Through simple postures, breathing practices and guided meditations, these tools will help you become the architect of your own wellbeing; fostering a peaceful, joyful and most importantly balanced state of body, mind and emotions. The practices require a space the size of a yoga mat and some can even be done whilst sitting at a desk.
No previous experience of yoga required This session is open to anybody over the age of 12
Depending on the response and demand we will look to provide further sessions in future.
Due to the recent national lockdown announcement, we have postponed the Virtual Annual event to 19th December. This will allow members more time to prepare while we are not allowed to meet in small groups.
Please find attached details on Guidelines for the virtual event.
There will be a nominal charge of £5 per family to cover the costs of the virtual platform.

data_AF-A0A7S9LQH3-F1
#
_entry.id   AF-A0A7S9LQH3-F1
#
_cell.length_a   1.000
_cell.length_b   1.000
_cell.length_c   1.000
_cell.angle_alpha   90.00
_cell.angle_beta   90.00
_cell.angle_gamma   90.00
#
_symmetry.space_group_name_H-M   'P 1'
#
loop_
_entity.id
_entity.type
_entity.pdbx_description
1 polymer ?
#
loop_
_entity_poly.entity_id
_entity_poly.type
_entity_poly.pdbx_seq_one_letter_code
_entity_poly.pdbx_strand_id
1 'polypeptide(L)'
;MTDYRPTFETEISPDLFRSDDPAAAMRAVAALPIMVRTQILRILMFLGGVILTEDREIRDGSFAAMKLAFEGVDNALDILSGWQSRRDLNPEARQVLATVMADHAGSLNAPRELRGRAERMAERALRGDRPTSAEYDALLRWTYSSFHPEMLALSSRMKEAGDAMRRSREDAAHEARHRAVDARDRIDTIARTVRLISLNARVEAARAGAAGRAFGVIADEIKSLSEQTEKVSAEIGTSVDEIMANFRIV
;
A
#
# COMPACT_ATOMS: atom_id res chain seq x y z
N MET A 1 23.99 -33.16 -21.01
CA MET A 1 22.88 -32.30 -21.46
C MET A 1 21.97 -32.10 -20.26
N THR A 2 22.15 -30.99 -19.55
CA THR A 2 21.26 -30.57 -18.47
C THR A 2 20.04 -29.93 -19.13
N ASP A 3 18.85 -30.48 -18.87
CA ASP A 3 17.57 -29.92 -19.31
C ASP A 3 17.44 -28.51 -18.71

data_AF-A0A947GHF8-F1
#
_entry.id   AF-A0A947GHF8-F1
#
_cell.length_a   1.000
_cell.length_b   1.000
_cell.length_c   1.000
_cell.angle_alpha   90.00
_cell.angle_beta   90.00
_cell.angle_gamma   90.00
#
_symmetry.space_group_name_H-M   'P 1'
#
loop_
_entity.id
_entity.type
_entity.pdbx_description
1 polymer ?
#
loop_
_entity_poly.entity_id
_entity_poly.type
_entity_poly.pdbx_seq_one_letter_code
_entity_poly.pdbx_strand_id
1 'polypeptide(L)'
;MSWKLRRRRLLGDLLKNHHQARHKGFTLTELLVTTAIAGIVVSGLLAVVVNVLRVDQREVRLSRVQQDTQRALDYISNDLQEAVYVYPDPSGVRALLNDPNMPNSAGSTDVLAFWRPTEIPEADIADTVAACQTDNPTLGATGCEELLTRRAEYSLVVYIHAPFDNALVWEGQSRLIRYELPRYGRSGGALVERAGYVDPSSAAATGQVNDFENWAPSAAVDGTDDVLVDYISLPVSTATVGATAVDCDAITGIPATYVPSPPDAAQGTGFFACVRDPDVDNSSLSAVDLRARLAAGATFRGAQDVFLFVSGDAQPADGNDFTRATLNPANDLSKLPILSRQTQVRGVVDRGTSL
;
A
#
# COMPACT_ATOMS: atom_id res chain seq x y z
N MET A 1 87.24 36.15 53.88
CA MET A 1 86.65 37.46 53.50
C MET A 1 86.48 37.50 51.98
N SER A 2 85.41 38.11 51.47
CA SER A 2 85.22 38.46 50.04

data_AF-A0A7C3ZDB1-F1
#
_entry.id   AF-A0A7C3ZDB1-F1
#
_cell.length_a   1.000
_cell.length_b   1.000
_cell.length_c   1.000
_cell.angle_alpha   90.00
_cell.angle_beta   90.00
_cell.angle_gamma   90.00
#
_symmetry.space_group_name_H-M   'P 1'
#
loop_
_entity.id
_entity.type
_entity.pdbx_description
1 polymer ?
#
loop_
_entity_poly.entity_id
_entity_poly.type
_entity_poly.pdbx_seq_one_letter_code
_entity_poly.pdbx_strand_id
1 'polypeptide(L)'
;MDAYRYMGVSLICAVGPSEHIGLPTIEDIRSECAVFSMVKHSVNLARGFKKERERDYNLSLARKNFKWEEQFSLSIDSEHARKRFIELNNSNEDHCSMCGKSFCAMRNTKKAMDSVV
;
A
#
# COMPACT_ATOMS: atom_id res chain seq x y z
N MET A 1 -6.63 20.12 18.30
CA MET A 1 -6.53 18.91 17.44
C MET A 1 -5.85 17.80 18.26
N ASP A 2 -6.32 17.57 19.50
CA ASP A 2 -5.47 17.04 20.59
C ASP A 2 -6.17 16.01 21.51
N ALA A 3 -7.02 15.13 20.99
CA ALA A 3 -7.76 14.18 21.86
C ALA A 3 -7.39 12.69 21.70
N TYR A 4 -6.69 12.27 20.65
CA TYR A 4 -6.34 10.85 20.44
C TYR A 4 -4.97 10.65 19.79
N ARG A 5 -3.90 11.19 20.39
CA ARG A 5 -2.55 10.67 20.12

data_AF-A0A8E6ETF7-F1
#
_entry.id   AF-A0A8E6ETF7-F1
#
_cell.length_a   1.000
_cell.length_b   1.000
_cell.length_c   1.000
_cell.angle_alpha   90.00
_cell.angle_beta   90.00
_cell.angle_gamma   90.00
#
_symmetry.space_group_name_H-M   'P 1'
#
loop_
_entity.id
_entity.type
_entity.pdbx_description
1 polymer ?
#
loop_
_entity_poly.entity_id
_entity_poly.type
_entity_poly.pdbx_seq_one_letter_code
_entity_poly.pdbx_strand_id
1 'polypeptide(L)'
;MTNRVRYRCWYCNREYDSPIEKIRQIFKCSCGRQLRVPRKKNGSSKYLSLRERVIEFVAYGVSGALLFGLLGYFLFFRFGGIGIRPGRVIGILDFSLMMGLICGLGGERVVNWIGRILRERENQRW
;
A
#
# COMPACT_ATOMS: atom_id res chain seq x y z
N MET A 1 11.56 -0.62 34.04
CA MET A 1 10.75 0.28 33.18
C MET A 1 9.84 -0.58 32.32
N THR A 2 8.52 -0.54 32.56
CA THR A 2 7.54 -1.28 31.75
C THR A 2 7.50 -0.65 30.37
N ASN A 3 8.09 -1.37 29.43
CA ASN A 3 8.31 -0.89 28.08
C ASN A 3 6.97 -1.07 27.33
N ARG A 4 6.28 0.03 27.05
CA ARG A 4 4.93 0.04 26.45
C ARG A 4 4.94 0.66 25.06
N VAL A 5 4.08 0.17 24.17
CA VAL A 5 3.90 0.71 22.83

13th Dec 2020 – Deadline for submitting pre-recorded performance (On request extension till 16th)
19th Dec 2020 – SAaS Virtual Annual Event
We recognise that it is relatively short notice but as we will use pre-recorded videos, we feel there will be sufficient time to plan and deliver good quality performances. Through your active, enthusiastic participation and cooperation, we look forward to organising a successful and memorable virtual cultural evening.
Following our earlier communication, we have discussed our options during the AGM as well as in our trustee meeting following the AGM. In line with prevailing guidance, we have decided not to organise any face to face event this year. However, in these difficult times when we are increasingly isolated, it is ever more important to ensure we are socially engaged within and outside the community.